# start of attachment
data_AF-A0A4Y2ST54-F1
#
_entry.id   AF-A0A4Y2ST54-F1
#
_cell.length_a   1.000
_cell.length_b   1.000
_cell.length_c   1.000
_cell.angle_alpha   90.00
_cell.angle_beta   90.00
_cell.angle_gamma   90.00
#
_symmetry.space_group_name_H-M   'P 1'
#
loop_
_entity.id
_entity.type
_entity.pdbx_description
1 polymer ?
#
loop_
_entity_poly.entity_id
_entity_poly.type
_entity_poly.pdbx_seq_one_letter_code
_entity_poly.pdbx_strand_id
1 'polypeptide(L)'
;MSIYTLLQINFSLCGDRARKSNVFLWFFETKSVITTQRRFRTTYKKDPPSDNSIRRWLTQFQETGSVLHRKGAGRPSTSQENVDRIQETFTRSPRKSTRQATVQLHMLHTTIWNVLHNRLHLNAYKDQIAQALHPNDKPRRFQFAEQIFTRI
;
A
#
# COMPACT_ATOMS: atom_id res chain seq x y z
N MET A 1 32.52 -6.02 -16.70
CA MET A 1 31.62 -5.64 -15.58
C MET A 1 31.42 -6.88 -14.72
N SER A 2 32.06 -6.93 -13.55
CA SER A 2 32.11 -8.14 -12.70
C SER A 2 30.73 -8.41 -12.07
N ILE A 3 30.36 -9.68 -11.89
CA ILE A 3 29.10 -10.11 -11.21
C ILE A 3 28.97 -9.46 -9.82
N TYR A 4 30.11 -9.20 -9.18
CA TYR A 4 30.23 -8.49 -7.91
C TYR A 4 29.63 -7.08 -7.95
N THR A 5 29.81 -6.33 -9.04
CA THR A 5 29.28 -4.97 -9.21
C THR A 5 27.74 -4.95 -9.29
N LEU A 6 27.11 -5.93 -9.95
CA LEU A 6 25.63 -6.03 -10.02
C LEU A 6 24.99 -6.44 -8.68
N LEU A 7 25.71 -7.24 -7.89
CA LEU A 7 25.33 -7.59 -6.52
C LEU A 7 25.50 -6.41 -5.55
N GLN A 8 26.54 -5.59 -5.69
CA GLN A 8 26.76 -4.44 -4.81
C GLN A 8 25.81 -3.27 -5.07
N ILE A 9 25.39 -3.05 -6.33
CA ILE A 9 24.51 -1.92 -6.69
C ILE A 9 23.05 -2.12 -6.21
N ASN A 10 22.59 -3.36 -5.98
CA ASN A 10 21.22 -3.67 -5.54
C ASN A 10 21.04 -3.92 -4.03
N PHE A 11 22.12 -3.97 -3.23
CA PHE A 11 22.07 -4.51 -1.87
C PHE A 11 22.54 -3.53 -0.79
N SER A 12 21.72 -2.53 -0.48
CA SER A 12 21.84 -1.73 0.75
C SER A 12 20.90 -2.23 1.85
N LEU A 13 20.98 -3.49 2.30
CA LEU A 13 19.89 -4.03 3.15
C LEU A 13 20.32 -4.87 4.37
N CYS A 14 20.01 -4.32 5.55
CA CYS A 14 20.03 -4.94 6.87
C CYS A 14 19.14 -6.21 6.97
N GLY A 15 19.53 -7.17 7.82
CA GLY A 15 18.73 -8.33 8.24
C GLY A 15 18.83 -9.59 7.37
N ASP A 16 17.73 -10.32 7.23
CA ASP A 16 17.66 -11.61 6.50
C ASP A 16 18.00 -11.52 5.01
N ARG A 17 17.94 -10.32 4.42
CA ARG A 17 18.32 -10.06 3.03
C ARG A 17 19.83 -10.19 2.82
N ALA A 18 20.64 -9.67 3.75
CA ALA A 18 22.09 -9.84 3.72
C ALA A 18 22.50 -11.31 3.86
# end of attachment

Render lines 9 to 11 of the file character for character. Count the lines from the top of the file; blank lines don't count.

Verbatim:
_cell.angle_beta   90.00
_cell.angle_gamma   90.00
#